Kris Murphy and Daniela Dombrowski are Wallyhood sponsors and real estate brokers who live and specialize in the Wallingford and Green Lake neighborhoods.  They practice out of the Keller Williams Greater Seattle office located on the corner of Stone Way and N 45th St. They can be contacted at [email protected] / [email protected] and through their web site, www.Key2SeattleRealEstate.com.

  1. wildnwonderful said,

    My rent was increased 12.65%.. more than the sales increase percentage

    Tue, April 15 at 5:14 pm
  2. Sarah Doyle-Brown said,

    I am not sure if they are “choosing the lifestyle offered by dense, walkable cities” but more so forced to given the added expense of a vehicle and insurance onto of student loans. I like being able to walk to a cafe and easily get on a bus to work but honestly I am over taking the bus to get groceries and would like the freedoms that a car provides. But more so, to own a home in this neighborhood. Unfortunatly we are being priced out.

    Tue, April 15 at 7:51 pm
  3. jt said,

    Yeah, I’m not sure it’s great for all Wallingfordians. I’ve been here for a decade and the last two years have seen my rent go up 25%.

    Tue, April 15 at 9:47 pm
  4. Donn said,

    I walk to a fair number of my destinations. I rarely encounter anyone else on the sidewalks – other than people walking their dogs! Life is a little different here, than in the suburbs, but for those who are looking for that evolutionary step away from the motor vehicle, it’s going to take more than just moving to Wallingford.

    Wed, April 16 at 4:46 pm
  5. Greg Lyons said,

    That’s awful, sorry to hear that. I saw the fire truck and wondered what had happened. Speedy recovery for your husband.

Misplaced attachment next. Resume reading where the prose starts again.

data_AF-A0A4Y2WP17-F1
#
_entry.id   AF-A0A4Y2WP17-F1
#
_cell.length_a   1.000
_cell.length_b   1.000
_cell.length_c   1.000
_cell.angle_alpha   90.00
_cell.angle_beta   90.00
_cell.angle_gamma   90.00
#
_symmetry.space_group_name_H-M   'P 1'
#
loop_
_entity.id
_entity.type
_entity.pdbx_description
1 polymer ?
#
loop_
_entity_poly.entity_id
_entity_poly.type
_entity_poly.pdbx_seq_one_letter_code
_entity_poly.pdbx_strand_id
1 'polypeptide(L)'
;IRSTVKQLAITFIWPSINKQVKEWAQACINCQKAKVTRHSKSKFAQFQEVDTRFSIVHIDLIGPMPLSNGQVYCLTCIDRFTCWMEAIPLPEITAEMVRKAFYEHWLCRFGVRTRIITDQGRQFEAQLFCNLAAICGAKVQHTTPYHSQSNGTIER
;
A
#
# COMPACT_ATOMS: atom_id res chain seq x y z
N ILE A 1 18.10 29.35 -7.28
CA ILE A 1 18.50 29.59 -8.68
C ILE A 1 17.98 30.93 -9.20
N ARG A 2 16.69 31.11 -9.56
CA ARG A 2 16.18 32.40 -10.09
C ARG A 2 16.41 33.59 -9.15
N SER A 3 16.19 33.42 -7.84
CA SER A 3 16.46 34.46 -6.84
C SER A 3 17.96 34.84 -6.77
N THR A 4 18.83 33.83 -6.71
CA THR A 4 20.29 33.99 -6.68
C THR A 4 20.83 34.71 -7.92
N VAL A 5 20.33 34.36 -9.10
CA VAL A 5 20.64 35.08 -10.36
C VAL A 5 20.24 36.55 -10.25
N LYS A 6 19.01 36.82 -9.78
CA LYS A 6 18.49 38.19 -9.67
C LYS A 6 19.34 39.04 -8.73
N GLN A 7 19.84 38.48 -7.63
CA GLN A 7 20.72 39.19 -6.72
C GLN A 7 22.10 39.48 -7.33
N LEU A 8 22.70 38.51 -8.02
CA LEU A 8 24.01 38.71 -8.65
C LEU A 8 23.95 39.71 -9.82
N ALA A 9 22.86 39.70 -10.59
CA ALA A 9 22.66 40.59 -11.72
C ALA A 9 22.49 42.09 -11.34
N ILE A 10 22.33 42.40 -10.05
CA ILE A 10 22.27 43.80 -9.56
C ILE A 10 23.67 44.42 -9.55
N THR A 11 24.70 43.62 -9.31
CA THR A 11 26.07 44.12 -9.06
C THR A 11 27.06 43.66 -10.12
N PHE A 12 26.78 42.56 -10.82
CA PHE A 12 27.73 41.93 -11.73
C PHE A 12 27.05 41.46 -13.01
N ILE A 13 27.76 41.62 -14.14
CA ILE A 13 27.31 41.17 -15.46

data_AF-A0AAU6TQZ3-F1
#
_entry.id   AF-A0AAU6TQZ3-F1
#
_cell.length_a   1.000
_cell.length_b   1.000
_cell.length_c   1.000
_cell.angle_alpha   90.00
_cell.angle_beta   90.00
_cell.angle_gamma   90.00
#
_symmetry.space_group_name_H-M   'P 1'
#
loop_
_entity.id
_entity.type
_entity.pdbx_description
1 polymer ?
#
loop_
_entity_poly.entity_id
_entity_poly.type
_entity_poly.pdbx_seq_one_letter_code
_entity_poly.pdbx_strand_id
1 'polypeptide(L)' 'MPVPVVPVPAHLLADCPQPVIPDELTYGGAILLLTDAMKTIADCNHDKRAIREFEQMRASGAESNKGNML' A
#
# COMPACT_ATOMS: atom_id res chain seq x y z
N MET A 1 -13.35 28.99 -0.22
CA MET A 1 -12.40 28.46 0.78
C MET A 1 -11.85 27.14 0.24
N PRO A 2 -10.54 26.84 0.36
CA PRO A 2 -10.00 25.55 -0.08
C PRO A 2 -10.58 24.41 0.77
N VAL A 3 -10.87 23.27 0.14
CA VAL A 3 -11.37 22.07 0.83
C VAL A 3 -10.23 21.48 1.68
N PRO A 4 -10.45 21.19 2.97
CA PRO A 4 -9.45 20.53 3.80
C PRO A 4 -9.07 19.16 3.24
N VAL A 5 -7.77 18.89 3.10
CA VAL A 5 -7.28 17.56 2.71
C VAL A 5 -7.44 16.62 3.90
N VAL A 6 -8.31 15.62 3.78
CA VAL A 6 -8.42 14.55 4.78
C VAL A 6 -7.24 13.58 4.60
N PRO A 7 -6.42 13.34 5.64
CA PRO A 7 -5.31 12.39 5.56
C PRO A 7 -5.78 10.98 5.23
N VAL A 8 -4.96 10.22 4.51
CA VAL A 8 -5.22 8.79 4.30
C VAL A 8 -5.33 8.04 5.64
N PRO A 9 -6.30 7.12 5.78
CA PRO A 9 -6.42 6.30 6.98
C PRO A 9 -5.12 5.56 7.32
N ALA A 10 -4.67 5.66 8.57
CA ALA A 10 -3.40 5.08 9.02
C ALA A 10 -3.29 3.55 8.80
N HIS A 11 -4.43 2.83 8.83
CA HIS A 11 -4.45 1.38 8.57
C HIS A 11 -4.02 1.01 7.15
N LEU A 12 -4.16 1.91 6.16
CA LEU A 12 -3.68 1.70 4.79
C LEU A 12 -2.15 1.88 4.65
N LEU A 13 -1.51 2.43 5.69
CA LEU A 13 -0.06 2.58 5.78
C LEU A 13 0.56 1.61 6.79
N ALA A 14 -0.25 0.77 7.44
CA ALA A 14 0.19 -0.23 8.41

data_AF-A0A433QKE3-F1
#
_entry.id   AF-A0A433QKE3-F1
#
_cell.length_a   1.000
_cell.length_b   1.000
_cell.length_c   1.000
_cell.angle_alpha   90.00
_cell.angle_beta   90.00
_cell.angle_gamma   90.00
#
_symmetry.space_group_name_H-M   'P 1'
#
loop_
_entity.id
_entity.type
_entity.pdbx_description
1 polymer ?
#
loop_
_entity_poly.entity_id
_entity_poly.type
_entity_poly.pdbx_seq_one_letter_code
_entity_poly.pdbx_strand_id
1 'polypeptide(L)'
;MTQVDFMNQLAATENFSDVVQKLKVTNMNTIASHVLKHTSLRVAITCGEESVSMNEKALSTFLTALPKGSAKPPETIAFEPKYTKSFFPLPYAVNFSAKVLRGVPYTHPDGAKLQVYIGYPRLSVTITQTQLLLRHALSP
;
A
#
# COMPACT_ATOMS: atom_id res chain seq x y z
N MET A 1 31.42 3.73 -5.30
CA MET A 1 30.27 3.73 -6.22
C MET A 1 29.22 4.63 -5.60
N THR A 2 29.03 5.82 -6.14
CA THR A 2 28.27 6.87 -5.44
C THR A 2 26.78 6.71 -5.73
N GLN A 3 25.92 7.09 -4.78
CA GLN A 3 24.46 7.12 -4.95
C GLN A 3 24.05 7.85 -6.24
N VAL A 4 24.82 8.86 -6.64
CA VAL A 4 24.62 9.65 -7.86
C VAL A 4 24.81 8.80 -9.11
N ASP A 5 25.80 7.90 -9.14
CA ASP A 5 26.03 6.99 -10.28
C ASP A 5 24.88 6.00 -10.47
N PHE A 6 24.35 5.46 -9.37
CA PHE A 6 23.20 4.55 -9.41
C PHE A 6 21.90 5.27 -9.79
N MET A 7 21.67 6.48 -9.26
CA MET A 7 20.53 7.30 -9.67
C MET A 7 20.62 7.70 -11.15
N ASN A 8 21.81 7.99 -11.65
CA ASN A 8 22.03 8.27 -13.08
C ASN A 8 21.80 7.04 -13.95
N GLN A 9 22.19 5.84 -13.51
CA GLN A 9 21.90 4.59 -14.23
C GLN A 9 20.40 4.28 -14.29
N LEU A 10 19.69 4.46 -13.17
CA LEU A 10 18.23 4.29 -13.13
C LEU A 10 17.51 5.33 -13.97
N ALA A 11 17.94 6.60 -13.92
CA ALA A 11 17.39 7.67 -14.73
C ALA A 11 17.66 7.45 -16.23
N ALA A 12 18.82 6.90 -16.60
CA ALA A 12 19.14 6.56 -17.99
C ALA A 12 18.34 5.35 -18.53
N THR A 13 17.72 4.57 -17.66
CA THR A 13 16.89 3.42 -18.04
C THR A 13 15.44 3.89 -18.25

Thu, April 17 at 7:26 pm
  6. Donn said,

    Likewise, I guess, I would wish a speedy recovery for whoever this fellow might be, but actually I’m a dude myself, there’s no husband in the picture and haven’t noticed any fire trucks around.

    Thu, April 17 at 10:56 pm
  7. KD said,

    Nice for existing homeowners… Tough for renters or those who wish to buy someday, though. We exist here, too.

    Sun, April 20 at 11:50 pm
  8. Donn said,

    The story I’ve been hearing is that a couple major factors in the current market are investment firms, and changes in immigration policies, including Canada. Canada had been admitting Chinese immigrants for the price of a 5 year loan of $800K, and run down bungalows in Vancouver are now million dollar homes. That program is over. I’m not sure those affluent foreigners are really living in those houses, might be just part of a residency process during which they’re rented. The investment firms rent.

    Mon, April 21 at 10:15 am
  9. E30 Memorial said,

    When large investment groups no longer see Seattle as a the best profit maker, the lower end housing market will be flooded with supply driving prices down.

    Mon, April 21 at 12:36 pm